Images of BJP supporters setting upon rights protesters in New Delhi and then expanding their attacks on the Muslim minority community in the capital; and Muslims being lynched on suspicion of transporting beef in different parts of Uttar Pradesh, which has a saffron-clad preacher as its chief executive, with the police largely remaining either complicit or being helpless bystanders are just two examples.

Many Pakistanis appear very smug when they see human rights being trampled upon in India and forget we have an elected member of the National Assembly, Ali Wazir, jailed without trial for over a year now because he dared to criticise those allegedly committing excesses on the very people they are assigned to protect.

After nearly a year in prison, he was granted bail by the Supreme Court of Pakistan but a couple of weeks later, he is still to see the light of day and breathe freely. He remains confined to his dark, dingy cell in the Karachi Central Jail.

Ali Wazir lost 17 members of his immediate family to the TTP when the terror group enjoyed free rein in the erstwhile Fata and, to be honest, even if the most powerful institution in the country was upset at his remarks, a little compassion, understanding and tolerance would not have been out of place.

But no. A demand has been murmured in the presence of journalists that Ali Wazir could be freed if he apologised. The response of the proud Pakhtun was too strong to be detailed here for fear of recrimination but suffice it to say he refused.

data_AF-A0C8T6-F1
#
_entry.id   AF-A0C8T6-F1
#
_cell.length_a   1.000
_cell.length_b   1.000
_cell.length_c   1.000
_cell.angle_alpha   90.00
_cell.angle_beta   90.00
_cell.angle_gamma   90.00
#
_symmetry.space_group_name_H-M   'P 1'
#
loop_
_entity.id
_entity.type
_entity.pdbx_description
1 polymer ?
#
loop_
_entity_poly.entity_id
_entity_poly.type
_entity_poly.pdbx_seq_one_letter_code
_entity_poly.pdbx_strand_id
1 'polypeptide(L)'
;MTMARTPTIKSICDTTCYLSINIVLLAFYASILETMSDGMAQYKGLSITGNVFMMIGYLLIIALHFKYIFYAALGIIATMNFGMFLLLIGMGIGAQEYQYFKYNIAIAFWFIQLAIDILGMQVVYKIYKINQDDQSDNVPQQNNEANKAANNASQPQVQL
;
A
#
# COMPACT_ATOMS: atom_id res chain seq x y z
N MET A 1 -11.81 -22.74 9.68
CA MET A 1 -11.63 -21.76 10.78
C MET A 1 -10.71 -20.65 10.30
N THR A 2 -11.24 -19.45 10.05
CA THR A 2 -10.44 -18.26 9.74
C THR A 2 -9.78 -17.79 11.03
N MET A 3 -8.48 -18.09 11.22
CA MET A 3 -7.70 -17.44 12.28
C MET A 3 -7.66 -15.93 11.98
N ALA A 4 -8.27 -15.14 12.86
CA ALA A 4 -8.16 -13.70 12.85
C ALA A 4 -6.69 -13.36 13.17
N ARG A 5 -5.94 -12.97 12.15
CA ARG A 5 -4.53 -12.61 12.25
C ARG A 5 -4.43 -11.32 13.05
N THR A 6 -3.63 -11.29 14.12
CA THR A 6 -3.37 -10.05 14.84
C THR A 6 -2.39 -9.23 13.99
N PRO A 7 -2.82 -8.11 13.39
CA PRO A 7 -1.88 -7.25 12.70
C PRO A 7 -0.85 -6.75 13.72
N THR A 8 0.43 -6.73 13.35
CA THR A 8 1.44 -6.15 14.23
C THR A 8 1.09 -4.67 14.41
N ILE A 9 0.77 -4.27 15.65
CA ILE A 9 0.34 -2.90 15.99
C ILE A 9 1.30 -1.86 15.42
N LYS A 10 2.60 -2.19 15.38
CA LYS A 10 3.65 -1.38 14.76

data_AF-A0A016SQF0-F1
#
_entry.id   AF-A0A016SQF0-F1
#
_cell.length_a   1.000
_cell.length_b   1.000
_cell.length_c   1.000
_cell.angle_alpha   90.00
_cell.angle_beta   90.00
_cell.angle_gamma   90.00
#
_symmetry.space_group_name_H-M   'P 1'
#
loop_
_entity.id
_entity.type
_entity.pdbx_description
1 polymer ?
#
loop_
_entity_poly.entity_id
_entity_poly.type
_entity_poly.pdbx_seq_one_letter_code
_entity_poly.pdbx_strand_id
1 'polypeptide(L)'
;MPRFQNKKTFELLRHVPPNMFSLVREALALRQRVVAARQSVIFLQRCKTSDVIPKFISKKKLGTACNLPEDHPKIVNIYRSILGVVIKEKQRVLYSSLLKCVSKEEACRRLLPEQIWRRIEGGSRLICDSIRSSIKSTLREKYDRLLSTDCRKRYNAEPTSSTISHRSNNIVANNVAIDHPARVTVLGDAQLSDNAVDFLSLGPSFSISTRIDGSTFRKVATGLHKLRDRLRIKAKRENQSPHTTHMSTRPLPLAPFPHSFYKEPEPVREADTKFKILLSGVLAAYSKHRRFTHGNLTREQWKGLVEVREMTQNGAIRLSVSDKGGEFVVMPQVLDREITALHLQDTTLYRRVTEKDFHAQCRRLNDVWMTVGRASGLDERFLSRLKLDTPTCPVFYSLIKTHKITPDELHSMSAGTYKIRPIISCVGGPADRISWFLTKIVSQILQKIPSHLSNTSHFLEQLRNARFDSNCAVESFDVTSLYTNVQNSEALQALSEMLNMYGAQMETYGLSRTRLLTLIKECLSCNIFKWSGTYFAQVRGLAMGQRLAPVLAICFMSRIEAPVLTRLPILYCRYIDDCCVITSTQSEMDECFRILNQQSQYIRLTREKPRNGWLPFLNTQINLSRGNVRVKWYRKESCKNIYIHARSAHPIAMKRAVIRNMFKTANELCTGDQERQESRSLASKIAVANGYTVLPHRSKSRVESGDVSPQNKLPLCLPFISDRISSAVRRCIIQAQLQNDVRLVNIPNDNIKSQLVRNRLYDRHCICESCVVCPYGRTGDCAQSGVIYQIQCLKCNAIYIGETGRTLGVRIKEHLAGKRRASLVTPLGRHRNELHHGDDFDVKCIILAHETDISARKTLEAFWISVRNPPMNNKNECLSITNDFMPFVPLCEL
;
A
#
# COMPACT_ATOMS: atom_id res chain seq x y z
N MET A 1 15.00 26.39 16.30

Whether Pakistan or Bangladesh, power is never shared in proportion to your rightful share in the people’s mandate. Machinations and manipulation undermine the democratic will of the people and the more power is usurped by whosoever is able to.

Jailing political opponents, who might provide a check on your arbitrary use and abuse of power and question you in parliament, is routinely resorted to as are legal cases to influence the outcome of elections. This, where outright rigging may not be possible.

In India, Pakistan, Bangladesh and even Sri Lanka, free media is anathema to the power brokers as a vibrant, free media can expose the designs of those who see democracy and its principles as a huge inconvenience, an obstacle to their ambitions, and are ever-willing to contemptuously disregard them.

Cases against journalists, arrests of media practitioners and outright physical threats and intimidation apart from choking the lifelines of media groups by blocking even private advertising streams are just some of the tools used across South Asia.

What a place to be nearly three-fourth of a century after independence, which was won with such huge hopes, ideals, goals and ambitions for creating societies not answerable to a distant colonial master but to the people who would be their own masters through their elected representatives and institutions.

The writer is a former editor of Dawn.
abbas.nasir@hotmail.com

Published in Dawn, December 19th, 2021